Yesterday, PZ wrote about having read “Opera Vita Aeterna”, the novelette that was nominated for a Hugo Award this year in a bloc voting move. Coincidentally, I was reading some excerpts from Vox Day’s political writing elsewhere and marveling over the (lack of) quality of the prose. I thought that if his fiction were as awful, it might cross the line into unintentionally entertaining to read. And as I personally relate to him mostly as that sad, whiny pest who will be arrested like his father if he ever tries to return to Minnesota, reading his work in which his racism, sexism, and delusions of religious persecution weren’t the main focus wasn’t much of a chore for me.
So I went out and found a free copy. It turned out Day was inviting people to read the work by offering it for free. I’m not going to link his site from here, but it’s not too difficult to find someone who did from a search based on the story’s name.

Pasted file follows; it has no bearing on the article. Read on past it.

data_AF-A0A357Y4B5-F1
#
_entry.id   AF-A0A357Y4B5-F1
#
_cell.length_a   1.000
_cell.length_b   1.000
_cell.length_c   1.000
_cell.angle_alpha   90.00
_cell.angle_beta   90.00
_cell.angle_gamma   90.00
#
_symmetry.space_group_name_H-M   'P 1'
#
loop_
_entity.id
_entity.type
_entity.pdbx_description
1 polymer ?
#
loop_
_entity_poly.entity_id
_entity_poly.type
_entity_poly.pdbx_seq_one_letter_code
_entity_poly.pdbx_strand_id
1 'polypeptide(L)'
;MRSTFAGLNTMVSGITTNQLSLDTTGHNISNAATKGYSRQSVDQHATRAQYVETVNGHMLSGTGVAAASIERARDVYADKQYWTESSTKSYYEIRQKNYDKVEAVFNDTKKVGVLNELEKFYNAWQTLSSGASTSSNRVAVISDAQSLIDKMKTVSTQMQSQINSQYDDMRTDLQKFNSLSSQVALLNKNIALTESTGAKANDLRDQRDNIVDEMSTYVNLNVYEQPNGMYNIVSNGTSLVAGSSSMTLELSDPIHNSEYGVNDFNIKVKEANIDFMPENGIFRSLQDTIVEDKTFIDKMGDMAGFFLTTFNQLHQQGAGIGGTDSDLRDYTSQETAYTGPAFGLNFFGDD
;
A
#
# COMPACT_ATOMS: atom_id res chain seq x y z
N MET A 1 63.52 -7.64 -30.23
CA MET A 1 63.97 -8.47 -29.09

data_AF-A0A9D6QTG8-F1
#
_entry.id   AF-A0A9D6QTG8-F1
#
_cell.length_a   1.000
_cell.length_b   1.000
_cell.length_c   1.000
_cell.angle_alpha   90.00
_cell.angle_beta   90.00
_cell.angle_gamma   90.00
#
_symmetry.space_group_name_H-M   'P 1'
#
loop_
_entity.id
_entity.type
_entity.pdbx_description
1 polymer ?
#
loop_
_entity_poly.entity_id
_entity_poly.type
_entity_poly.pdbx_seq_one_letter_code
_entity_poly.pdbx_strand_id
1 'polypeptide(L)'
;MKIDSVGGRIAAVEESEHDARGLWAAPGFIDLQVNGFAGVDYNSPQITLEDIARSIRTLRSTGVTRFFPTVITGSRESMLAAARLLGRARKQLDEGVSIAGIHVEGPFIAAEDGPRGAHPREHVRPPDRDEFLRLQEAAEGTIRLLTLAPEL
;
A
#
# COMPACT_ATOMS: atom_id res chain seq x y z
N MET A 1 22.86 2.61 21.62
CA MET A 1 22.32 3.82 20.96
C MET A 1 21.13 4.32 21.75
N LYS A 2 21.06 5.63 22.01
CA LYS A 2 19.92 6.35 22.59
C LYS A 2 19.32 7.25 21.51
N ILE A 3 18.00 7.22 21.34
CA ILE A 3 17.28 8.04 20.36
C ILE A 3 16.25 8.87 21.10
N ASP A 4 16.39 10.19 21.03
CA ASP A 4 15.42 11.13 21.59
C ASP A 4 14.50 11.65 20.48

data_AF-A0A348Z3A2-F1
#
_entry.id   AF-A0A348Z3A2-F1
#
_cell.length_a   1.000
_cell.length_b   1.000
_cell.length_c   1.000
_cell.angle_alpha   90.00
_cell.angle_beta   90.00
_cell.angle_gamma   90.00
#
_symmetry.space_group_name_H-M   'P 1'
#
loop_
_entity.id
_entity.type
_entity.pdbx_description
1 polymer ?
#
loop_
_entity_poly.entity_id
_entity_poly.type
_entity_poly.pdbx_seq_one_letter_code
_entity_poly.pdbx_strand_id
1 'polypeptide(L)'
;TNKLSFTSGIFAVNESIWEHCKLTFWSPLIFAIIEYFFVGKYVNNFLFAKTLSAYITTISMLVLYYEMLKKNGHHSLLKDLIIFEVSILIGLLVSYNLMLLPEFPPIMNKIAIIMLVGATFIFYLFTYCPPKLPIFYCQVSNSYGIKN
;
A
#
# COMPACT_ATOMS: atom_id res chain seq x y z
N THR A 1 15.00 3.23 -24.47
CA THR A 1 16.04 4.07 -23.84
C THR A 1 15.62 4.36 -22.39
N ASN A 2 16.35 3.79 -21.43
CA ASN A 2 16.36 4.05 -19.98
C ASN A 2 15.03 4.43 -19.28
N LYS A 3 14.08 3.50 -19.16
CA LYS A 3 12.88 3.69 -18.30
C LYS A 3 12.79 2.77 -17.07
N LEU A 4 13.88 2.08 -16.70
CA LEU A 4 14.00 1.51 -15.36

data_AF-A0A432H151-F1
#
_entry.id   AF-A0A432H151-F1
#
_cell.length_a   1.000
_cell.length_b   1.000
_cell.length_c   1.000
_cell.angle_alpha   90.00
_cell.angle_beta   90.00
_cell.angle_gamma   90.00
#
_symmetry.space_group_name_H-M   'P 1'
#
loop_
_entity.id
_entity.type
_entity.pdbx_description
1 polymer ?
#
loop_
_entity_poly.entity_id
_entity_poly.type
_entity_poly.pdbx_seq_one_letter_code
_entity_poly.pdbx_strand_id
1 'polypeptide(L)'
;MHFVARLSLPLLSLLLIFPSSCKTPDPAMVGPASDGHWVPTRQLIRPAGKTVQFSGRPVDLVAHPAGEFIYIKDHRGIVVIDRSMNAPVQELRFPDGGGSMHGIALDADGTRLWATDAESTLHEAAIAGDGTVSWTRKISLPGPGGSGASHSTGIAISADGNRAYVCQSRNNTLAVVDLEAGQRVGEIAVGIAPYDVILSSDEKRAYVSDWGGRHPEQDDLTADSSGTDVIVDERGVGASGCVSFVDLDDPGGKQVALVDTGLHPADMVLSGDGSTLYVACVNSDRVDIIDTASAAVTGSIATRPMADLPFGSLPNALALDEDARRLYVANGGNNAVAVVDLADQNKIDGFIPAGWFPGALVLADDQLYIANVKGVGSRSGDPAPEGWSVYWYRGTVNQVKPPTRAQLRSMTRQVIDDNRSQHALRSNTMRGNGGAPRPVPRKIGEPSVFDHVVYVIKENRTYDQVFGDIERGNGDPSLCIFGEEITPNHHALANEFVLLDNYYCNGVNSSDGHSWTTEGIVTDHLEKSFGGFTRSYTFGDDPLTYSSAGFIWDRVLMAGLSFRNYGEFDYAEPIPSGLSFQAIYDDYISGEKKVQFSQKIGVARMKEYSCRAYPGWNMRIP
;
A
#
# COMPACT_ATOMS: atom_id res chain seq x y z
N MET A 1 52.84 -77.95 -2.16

As it turns out, the story was not entertainingly bad. Don’t let that lead you to think it was good, however. It was dully, prosaically bad, with rookie problems that most critique groups would point out if he gave them the opportunity. Of course, in order for that to be useful, Day would have to be able to respond to criticism with something other than atavistic hostility.
This means I can’t recommend reading his story for the same lulz you’d get from a Steven Seagal movie. I can, however, give you a taste of that experience and spare you any misguided curiosity.
Let’s start with the title. It tells us in (mangled) Latin that we’re dealing with the works of an eternal life. Okay. Obscure, but titles are allowed to be obscure.
Then we hit the first two paragraphs.